Rule 6(e) allows grand jury matters to be disclosed without a court order to an attorney for the government or to certain governmental personnel for purposes limited to federal criminal law enforcement. There is no evidence that state lottery regulators are involved in federal criminal law enforcement and, even if they were, the United States Attorney's Office failed to provide this Court with the names of the regulators to whom the information was divulged.

  The Court cannot find words strong enough to express its concern with the way in which the United States Attorney's Office went about its preparation and ultimate dissemination of the sentencing memorandum. GTECH was not on trial with Smith and Dandrea, nor was the uncharged individual. Yet, the innuendoes and implications in the memorandum directly impact on the business of both GTECH and the uncharged individual, leaving them as if they were "just as defenseless as the medieval prisoner and the victim of the lynch mob." United States v. Briggs, 514 F.2d 794, 803 (5th Cir. 1975).

  If the United States Attorney's Office had even a moment's hesitation about whether the memorandum contained Rule 6(e) material, the proper forum in which to bring that concern was before this Court. The Court rejects outright the argument by the United States Attorney's Office that public disclosure was appropriate because grand jury materials can be utilized for sentencing purposes. Rule 6 contains no such blanket permission, and there is "no need for the government to place grand jury materials in the open record in connection with such proceedings." Alexander, 860 F.2d at 514. The Alexander court aptly stated:

  

We see no reason why the government cannot state its sentencing position in open court in terms that do not reveal matters that occurred before the grand jury, furnishing the supporting grand jury material to the court in a sealed filing. This would parallel the treatment given to presentence reports prepared by the federal probation office.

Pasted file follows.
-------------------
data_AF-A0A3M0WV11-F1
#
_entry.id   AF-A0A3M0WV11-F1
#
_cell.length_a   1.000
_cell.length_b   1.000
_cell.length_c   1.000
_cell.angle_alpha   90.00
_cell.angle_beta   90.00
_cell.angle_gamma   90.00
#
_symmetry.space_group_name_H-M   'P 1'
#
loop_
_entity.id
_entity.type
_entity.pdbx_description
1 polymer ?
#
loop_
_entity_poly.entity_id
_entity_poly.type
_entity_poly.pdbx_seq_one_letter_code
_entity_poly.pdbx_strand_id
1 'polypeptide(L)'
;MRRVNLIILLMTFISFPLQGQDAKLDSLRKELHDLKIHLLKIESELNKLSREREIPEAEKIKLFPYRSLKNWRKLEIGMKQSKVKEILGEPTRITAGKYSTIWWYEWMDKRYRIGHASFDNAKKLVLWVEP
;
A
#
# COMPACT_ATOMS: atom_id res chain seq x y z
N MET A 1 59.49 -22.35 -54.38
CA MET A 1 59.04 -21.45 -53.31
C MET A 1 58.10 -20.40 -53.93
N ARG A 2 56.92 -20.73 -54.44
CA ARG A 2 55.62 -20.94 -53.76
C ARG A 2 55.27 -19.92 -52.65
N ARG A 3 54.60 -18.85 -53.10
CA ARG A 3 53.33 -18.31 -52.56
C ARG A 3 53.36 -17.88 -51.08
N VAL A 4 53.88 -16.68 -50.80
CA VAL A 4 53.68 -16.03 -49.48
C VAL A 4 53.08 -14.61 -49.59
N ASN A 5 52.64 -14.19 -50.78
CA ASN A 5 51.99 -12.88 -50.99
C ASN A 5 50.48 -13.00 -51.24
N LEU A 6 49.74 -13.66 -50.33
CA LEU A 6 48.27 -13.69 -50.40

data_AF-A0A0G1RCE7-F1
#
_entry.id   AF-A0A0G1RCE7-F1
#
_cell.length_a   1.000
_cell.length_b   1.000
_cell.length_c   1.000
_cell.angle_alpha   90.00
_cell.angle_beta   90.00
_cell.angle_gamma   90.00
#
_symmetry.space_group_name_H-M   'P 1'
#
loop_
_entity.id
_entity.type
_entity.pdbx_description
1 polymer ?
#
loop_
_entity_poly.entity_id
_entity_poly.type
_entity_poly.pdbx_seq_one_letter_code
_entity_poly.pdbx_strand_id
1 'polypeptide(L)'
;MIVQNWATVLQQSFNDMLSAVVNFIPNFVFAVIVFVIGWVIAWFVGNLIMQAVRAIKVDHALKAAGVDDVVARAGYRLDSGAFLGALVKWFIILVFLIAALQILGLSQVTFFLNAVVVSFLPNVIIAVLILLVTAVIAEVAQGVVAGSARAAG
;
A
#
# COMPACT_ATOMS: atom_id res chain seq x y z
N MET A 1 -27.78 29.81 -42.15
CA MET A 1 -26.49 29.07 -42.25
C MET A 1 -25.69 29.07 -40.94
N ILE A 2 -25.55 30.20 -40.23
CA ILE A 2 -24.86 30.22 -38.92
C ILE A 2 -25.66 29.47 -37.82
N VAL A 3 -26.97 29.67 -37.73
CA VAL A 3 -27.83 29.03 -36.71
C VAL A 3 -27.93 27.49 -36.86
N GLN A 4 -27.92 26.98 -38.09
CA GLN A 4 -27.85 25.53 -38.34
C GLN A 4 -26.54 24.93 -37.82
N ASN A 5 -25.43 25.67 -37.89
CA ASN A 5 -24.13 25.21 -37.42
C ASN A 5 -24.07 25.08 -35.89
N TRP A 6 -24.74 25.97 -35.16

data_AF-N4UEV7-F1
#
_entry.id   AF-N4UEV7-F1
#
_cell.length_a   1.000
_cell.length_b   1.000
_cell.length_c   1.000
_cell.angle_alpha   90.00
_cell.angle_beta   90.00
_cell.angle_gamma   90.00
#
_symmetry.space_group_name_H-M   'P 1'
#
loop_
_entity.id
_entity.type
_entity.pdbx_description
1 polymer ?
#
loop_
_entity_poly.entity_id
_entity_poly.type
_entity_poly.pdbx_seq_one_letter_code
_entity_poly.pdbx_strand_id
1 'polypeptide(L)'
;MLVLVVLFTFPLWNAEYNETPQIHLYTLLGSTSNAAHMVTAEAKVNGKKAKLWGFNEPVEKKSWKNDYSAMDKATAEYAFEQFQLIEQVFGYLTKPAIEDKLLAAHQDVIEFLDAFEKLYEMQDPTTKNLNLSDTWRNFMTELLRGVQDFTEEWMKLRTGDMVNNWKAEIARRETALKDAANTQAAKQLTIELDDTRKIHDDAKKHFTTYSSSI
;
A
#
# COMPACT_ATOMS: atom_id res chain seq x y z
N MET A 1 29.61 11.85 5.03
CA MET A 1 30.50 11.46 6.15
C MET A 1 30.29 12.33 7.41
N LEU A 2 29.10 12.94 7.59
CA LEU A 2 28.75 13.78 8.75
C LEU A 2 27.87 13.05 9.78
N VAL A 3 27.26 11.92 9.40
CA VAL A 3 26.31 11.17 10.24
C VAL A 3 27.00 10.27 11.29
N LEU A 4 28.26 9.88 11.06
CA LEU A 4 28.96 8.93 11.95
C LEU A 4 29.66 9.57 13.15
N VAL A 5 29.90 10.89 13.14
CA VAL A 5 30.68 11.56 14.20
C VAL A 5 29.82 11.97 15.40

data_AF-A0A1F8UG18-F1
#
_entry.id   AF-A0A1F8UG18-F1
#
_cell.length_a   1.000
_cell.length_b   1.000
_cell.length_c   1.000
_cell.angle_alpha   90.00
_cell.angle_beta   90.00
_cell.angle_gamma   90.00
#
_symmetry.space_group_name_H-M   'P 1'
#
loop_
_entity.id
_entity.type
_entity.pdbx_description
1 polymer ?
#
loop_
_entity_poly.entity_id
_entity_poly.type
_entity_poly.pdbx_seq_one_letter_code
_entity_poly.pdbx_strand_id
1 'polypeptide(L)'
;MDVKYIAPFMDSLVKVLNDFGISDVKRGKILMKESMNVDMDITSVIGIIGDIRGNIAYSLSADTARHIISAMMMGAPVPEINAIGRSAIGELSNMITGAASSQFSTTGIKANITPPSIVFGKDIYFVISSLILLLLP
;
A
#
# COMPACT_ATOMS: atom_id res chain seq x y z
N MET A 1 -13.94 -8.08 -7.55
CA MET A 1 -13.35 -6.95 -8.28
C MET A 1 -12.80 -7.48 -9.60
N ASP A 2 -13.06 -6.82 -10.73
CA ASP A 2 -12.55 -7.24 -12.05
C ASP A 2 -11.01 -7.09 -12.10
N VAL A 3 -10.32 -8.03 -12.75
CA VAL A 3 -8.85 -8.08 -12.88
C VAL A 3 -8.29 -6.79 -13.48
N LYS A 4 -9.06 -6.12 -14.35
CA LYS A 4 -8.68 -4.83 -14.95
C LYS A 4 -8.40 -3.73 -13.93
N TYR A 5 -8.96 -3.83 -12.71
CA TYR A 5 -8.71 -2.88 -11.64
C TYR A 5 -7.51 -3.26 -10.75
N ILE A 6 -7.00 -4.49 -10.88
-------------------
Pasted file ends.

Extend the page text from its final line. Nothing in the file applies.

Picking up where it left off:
Id.

  Contempt sanctions are severe, and there are several options available to the Court in this matter other than ordering the AUSA to show cause why she should not be held in contempt. *fn11"

  The Court will enjoin the United States Attorney's Office from disseminating any grand jury material in this case in the future without the express permission of this Court. Furthermore, if the United States Attorney's Office finds it necessary to include grand jury material in the sentencing memorandum, application shall be made to this Court for a determination as to the material's applicability to sentencing as required by Rule 6.

   Additionally, the United States Attorney's Office is ordered to issue a letter of apology -- to be approved by this Court -- to both GTECH and the uncharged individual for its wrongful disclosure of the 6(e) material, with such letter to be posted on the Internet web site maintained by the United States Attorney's Office. Additionally, the United States Attorney's Office shall send a letter to all of those individuals or organizations to whom a copy of the memorandum was provided, including but not limited to the state lottery regulators to whom the memorandum was sent. That letter shall inform the recipient that the United States Attorney's Office violated Rule 6(e) and that the information provided to the recipient was confidential and should not have been so revealed.